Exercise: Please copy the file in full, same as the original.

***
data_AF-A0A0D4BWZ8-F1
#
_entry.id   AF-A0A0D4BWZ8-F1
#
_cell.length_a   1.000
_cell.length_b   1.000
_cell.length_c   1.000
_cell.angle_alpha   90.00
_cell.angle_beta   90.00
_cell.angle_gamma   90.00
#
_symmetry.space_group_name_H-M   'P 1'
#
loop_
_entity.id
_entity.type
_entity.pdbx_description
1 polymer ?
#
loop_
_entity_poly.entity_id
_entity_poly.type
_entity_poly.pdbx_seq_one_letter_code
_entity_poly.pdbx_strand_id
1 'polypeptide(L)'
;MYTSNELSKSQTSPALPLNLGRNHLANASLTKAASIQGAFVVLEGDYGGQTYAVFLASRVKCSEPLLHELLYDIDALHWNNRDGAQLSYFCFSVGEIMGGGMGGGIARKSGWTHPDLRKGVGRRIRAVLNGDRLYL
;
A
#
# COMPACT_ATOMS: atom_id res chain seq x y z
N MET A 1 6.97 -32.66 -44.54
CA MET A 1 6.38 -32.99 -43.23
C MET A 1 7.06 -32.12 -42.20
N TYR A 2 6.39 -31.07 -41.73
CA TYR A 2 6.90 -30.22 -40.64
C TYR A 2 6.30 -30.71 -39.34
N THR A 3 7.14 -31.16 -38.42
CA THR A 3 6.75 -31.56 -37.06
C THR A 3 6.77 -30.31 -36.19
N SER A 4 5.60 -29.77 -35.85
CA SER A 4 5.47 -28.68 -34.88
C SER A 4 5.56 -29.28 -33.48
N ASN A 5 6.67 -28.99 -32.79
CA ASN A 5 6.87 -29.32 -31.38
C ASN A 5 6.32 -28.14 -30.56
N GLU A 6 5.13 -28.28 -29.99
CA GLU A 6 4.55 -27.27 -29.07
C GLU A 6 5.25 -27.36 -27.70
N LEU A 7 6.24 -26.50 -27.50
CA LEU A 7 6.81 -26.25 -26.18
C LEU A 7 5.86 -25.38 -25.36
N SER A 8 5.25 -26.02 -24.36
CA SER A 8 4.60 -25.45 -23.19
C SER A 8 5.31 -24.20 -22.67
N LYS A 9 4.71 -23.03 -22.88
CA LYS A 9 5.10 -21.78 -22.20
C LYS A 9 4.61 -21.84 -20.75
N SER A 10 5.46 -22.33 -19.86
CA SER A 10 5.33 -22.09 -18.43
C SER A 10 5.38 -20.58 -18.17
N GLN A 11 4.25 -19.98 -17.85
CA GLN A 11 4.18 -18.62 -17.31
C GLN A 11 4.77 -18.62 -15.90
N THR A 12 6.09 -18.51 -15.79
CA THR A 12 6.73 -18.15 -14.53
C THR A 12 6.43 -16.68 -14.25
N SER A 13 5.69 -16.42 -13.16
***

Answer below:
data_AF-A0A0D4BWZ8-F1
#
_entry.id   AF-A0A0D4BWZ8-F1
#
_cell.length_a   1.000
_cell.length_b   1.000
_cell.length_c   1.000
_cell.angle_alpha   90.00
_cell.angle_beta   90.00
_cell.angle_gamma   90.00
#
_symmetry.space_group_name_H-M   'P 1'
#
loop_
_entity.id
_entity.type
_entity.pdbx_description
1 polymer ?
#
loop_
_entity_poly.entity_id
_entity_poly.type
_entity_poly.pdbx_seq_one_letter_code
_entity_poly.pdbx_strand_id
1 'polypeptide(L)'
;MYTSNELSKSQTSPALPLNLGRNHLANASLTKAASIQGAFVVLEGDYGGQTYAVFLASRVKCSEPLLHELLYDIDALHWNNRDGAQLSYFCFSVGEIMGGGMGGGIARKSGWTHPDLRKGVGRRIRAVLNGDRLYL
;
A
#
# COMPACT_ATOMS: atom_id res chain seq x y z
N MET A 1 6.97 -32.66 -44.54
CA MET A 1 6.38 -32.99 -43.23
C MET A 1 7.06 -32.12 -42.20
N TYR A 2 6.39 -31.07 -41.73
CA TYR A 2 6.90 -30.22 -40.64
C TYR A 2 6.30 -30.71 -39.34
N THR A 3 7.14 -31.16 -38.42
CA THR A 3 6.75 -31.56 -37.06
C THR A 3 6.77 -30.31 -36.19
N SER A 4 5.60 -29.77 -35.85
CA SER A 4 5.47 -28.68 -34.88
C SER A 4 5.56 -29.28 -33.48
N ASN A 5 6.67 -28.99 -32.79
CA ASN A 5 6.87 -29.32 -31.38
C ASN A 5 6.32 -28.14 -30.56
N GLU A 6 5.13 -28.28 -29.99
CA GLU A 6 4.55 -27.27 -29.07
C GLU A 6 5.25 -27.36 -27.70
N LEU A 7 6.24 -26.50 -27.50
CA LEU A 7 6.81 -26.25 -26.18
C LEU A 7 5.86 -25.38 -25.36
N SER A 8 5.25 -26.02 -24.36
CA SER A 8 4.60 -25.45 -23.19
C SER A 8 5.31 -24.20 -22.67
N LYS A 9 4.71 -23.03 -22.88
CA LYS A 9 5.10 -21.78 -22.20
C LYS A 9 4.61 -21.84 -20.75
N SER A 10 5.46 -22.33 -19.86
CA SER A 10 5.33 -22.09 -18.43
C SER A 10 5.38 -20.58 -18.17
N GLN A 11 4.25 -19.98 -17.85
CA GLN A 11 4.18 -18.62 -17.31
C GLN A 11 4.77 -18.62 -15.90
N THR A 12 6.09 -18.51 -15.79
CA THR A 12 6.73 -18.15 -14.53
C THR A 12 6.43 -16.68 -14.25
N SER A 13 5.69 -16.42 -13.16